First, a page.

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Second-order Temporal Pooling for Action Recognition

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Deep learning models for video-based action recognition usually generate features for short clips (consisting of a few frames); such clip-level features are aggregated to video-level representations by computing statistics on these features. Typically zero-th (max) or the first-order (average) statistics are used. In this paper, we explore the benefits of using second-order statistics.Specifically, we propose a novel end-to-end learnable feature aggregation scheme, dubbed temporal correlation pooling that generates an action descriptor for a video sequence by capturing the similarities between the temporal evolution of clip-level CNN features computed across the video. Such a descriptor, while being computationally cheap, also naturally encodes the co-activations of multiple CNN features, thereby providing a richer characterization of actions than their first-order counterparts. We also propose higher-order extensions of this scheme by computing correlations after embedding the CNN features in a reproducing kernel Hilbert space. We provide experiments on benchmark datasets such as HMDB-51 and UCF-101, fine-grained datasets such as MPII Cooking activities and JHMDB, as well as the recent Kinetics-600. Our results demonstrate the advantages of higher-order pooling schemes that when combined with hand-crafted features (as is standard practice) achieves state-of-the-art accuracy.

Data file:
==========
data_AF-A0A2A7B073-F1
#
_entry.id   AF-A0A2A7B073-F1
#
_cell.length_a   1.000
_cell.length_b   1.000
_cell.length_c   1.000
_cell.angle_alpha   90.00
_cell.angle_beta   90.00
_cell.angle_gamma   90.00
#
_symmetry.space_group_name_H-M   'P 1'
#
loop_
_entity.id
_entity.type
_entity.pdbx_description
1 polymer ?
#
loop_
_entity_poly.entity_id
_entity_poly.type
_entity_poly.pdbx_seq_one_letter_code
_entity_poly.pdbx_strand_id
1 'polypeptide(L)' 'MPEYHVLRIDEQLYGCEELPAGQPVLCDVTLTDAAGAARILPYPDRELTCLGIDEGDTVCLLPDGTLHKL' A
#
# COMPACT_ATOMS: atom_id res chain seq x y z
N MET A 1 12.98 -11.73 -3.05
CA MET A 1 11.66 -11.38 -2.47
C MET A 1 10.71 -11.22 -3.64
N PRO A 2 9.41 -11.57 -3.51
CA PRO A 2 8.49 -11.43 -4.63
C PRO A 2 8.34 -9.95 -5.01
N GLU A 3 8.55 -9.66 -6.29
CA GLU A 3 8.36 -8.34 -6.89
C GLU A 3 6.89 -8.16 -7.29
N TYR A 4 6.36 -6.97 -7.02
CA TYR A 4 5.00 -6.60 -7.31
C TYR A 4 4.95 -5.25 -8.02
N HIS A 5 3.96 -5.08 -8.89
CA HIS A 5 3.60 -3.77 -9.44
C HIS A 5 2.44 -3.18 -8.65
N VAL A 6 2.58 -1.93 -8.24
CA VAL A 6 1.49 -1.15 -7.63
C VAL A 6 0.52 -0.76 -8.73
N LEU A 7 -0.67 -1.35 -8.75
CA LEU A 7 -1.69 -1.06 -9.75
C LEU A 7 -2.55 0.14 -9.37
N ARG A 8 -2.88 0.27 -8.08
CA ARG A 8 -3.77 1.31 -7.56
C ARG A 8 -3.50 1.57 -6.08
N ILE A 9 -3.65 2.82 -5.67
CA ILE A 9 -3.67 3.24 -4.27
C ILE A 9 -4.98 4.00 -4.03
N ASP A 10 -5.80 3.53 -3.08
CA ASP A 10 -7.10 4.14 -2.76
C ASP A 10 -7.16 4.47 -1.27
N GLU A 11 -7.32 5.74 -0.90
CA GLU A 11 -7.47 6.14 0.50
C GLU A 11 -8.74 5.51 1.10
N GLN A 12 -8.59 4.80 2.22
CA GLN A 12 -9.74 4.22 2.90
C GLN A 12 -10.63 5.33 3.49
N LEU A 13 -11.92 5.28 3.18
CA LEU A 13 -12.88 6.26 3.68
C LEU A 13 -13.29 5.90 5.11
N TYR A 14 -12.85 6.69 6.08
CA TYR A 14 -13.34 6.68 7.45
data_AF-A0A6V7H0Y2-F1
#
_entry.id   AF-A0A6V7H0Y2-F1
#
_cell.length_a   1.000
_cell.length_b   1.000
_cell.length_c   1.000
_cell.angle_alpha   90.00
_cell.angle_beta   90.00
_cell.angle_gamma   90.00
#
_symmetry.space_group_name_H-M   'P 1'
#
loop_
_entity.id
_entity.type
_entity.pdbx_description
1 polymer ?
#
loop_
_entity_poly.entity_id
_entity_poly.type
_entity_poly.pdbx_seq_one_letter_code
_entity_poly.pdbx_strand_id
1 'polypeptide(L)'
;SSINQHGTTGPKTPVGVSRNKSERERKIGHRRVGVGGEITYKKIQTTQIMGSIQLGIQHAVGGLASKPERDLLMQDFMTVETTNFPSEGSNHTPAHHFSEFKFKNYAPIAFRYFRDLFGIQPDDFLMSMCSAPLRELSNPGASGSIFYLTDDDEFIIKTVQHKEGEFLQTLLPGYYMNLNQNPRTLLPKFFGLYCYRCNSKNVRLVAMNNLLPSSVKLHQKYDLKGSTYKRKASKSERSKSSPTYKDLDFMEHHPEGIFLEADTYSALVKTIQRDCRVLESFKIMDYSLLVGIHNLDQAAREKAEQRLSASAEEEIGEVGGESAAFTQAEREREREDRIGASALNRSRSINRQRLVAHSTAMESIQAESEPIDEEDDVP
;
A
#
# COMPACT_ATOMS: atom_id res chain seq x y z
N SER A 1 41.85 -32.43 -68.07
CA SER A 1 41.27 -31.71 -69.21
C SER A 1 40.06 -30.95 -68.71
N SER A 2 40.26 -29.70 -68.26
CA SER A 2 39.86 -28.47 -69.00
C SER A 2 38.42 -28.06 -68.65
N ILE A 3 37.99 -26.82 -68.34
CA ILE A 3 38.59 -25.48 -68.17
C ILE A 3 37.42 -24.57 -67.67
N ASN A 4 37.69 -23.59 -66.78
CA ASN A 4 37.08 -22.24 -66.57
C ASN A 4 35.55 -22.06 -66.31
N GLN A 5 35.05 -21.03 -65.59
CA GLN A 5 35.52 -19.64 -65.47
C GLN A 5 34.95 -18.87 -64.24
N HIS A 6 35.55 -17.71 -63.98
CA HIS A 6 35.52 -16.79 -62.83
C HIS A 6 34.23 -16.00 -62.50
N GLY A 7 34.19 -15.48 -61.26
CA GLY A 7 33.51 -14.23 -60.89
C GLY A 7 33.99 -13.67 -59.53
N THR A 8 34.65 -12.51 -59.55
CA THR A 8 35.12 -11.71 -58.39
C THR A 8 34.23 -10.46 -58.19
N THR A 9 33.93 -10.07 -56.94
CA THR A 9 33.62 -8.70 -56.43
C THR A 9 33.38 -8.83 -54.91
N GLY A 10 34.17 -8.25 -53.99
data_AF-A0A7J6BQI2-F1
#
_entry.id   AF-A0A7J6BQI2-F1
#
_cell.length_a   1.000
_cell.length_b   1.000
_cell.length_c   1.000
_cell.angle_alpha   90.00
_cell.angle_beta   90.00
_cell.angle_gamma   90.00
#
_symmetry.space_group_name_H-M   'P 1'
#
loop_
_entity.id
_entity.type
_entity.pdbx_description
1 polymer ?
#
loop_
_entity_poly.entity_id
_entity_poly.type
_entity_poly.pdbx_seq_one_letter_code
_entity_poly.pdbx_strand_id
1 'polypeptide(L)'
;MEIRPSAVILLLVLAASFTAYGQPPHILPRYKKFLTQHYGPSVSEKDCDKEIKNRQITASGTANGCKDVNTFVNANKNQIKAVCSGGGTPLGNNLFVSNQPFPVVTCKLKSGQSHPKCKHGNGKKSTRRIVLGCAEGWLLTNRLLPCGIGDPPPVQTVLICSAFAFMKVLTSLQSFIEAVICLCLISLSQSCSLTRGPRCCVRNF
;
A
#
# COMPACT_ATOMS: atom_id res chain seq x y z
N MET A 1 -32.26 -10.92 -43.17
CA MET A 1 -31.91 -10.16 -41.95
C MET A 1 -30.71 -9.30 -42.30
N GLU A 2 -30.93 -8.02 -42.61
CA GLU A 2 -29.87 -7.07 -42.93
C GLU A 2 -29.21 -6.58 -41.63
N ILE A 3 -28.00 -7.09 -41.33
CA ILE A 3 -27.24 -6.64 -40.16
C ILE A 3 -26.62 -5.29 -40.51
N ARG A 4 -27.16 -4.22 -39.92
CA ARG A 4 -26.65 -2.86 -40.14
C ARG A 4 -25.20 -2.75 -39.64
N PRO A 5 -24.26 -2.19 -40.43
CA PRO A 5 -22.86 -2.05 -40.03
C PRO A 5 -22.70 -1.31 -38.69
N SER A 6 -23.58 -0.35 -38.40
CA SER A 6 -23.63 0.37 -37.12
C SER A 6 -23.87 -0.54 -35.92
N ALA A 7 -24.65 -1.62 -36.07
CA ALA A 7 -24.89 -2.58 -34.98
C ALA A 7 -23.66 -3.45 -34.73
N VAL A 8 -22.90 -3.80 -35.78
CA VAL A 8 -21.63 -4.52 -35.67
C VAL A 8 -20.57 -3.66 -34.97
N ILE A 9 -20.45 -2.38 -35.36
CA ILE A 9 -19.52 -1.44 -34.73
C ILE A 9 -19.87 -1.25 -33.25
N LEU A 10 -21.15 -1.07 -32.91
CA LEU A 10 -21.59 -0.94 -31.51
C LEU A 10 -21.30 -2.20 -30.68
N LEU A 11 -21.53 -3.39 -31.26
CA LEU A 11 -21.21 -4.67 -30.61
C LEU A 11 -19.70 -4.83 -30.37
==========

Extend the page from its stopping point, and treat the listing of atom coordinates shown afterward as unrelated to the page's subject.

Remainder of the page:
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  1. As we fine-tune the VGG network from a pre-trained ImageNet model, we use \(\beta = 3\) for SMAID in our implementation.

  2. With a slight abuse of previously introduced notations, we assume T to be raw feature trajectories without any scaling or normalization.

  3. Available from


  5. The VGG-16 and ResNet-152 pre-trained models are publicly available at




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This research was supported by the Australian Research Council (ARC) through the Centre of Excellence for Robotic Vision (CE140100016) and was undertaken with the resources from the National Computational Infrastructure (NCI) at the Australian National University. The authors also thank Mr. Edison Guo (ANU) for helpful discussions.

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Correspondence to Anoop Cherian.

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Cherian, A., Gould, S. Second-order Temporal Pooling for Action Recognition. Int J Comput Vis 127, 340–362 (2019).

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